England Expected & Everyone Did Their Duty


Last night’s match at Wembley always had an importance which transcended the occasion of an international friendly. That the matches in Belgium and Germany were also cancelled for security reasons, gave it an additional importance.

Security. Tyldsley was quick to point out that the helicopter sound picked up by the microphone during the minute’s silence, was one of the security services fleet and not in any way connected to the independent broadcaster. Just as ITV cut away to an overhead shot that was suspiciously high. I’m sure it was a very big crane holding their camera. No, I am. Really.

Liberté, égalité, fraternité. Wembley recognised the tragic events of last Friday with an impeccably observed silence, as well as appreciating the floral gestures beforehand. HRH’s presence ensured that the national anthem was sung with a rare gusto by the players and a thousand French GCSE teachers cringed at the pronunciation of La Marseillaise.

It didn’t matter. The crowd responded in the refreshingly football way: embracing the moment and everything that was asked. It wasn’t an audition, just an affirmation of basic humanity.

Beforehand, questions emerged about whether the players would celebrate. They wouldn’t, the received wisdom went, as the squads were too aware of football’s relative triviality – sorry, Shanks – in the universe. We never got to find out the reaction to a French goal but nobody told the England players to cool it. For them, it was business as usual when Alli opened the scoring. Nor were they any less subdued when Rooney doubled the lead; a cracking finish, admitting which would have stuck in the throat were it at club level.

Alli’s goal looked spectacular until the deflection from Koscielny became even more apparent. Not that it mattered; England’s Brave Clive Tyldsley ignored the closeness of Lloris’s hand to the ball. The Arsenal defender, on this occasion, won’t mind his intervention being belittled.

Meanwhile, Harry Kane – according to ITV’s commentary team – had five good sights of goal during the defeat to Spain. An interesting insight into Analyst-Speak from Glenda; I prefer, “just couldn’t hit a cow’s arse with a banjo” to his “just couldn’t hit it cleanly”. I think my view a fairer reflection but I could be accused of letting my club bias show…

And what of the Arsenal contributions? Koscielny was Koscielny. Solid, well-positioned for the most part and was unlucky with the deflection for the opening goal. Olivier Giroud was in low-key Giroud mode which suited his watching manager. As would Kieran Gibbs getting a ninety minute run-out to keep up his match fitness. I wonder what Wenger’s companion for the evening, David Dein, thought. All those years later and the red cashmere scarf remains an instantly recognisable adornment.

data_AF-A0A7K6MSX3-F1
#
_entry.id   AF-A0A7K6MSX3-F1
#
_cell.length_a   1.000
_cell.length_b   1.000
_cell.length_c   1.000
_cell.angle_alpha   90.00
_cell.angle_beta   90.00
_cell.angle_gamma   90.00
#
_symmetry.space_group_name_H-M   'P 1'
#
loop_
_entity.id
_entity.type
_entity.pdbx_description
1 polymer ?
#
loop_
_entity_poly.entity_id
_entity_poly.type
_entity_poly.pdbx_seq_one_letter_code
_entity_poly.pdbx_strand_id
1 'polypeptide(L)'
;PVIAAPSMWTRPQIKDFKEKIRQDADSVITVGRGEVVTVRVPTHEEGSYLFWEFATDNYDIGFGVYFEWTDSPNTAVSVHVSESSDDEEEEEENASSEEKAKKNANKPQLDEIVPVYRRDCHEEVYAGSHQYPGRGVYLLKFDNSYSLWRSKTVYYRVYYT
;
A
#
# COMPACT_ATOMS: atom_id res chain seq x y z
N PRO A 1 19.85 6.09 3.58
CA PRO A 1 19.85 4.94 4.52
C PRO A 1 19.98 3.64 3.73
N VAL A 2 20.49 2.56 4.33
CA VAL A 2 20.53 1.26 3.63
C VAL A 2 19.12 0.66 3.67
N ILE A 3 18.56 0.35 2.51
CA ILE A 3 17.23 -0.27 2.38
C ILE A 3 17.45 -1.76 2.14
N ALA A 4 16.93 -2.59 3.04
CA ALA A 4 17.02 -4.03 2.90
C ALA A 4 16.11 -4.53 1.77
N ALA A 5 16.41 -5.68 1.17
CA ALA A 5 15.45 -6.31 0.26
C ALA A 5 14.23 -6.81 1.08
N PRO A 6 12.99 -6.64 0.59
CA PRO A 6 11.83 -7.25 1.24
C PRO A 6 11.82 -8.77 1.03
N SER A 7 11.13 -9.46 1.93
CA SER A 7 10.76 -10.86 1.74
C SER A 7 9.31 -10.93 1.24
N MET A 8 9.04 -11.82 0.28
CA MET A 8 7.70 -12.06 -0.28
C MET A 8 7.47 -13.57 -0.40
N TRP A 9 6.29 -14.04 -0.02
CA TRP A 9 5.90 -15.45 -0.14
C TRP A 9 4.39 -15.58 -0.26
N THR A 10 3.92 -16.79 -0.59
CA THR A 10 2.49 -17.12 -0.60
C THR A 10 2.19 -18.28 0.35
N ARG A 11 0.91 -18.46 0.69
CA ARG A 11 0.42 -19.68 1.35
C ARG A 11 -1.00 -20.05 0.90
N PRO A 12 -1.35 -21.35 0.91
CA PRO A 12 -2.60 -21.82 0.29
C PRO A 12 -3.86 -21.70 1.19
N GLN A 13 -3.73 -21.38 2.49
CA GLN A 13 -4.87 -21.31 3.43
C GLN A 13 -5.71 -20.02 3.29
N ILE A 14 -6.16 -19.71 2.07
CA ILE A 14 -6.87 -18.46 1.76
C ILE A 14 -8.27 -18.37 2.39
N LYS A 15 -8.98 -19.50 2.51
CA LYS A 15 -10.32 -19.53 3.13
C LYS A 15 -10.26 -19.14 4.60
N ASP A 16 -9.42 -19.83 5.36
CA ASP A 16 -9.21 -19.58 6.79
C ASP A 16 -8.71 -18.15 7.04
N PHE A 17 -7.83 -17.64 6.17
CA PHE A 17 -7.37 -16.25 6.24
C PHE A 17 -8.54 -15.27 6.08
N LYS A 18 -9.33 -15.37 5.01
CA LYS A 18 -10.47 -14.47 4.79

Wenger has urged FIFA to take the opportunity afforded them by the corruption scandal, and use it to restructure the international calendar or face the consequences: it’s the clubs ball and they are going to take it home with them. Or the clubs who pay the players wages and they don’t get a chance to rest during the season because of the international breaks.

It’s not hard to see his point but so far he has chosen the wrong targets when moaning about Chile or Wales; they were competitive matches, not friendlies. It’s a two-way street though, certainly in English football. The clubs are so driven by revenue generation that given more weeks in the year, they would see it as the opportunity to increase the number of matches they play either inventing a competition – the Premier League Cup? – or playing lucrative friendlies.

Football’s calendar needs completely overhauling on these shores. The Premier League should be reduced to eighteen teams, the League Cup abandoned by those competing in European football and FA Cup replays done away with. The latter is contentious for smaller clubs but if they want a guaranteed big draw, the lowest ranked thirty-two clubs could be given home ties in the third round.

There are solutions to fixing the problems but the will isn’t there. Instead, it’s fashionable to blame problems on international football. Would you trust the clubs to put the players first any more than you trust FIFA? I don’t.

A final thought on the England game. The final whistle brought a sense of relief that the evening had been the occasion expected. The result is of little importance; indeed, does anyone care? I shouldn’t imagine the French have one jot of concern at losing.

Thierry Henry said beforehand that the defeat in Mallorca on 9/11 was the one match he didn’t care about losing. I get that. We’d flown out of Gatwick at an ungodly hour (GMT) that morning and the first we knew of the events was from the TVs in the Costa Blanca bar where we’d decamped to watch the evening’s football. Screens on one side of the bar showed the despair that hate can bring, contrasted with the teams lining up on a Spanish island.

On that occasion, football – UEFA – got it horribly wrong. Not so last night. Football matches proved their place in the grand scheme of things. 71,000 supporters portrayed the hearts and minds of a watching world. Bravo, Mesdames et Messieurs; bravo. Jeux sans frontières, indeed.

’til Tomorrow.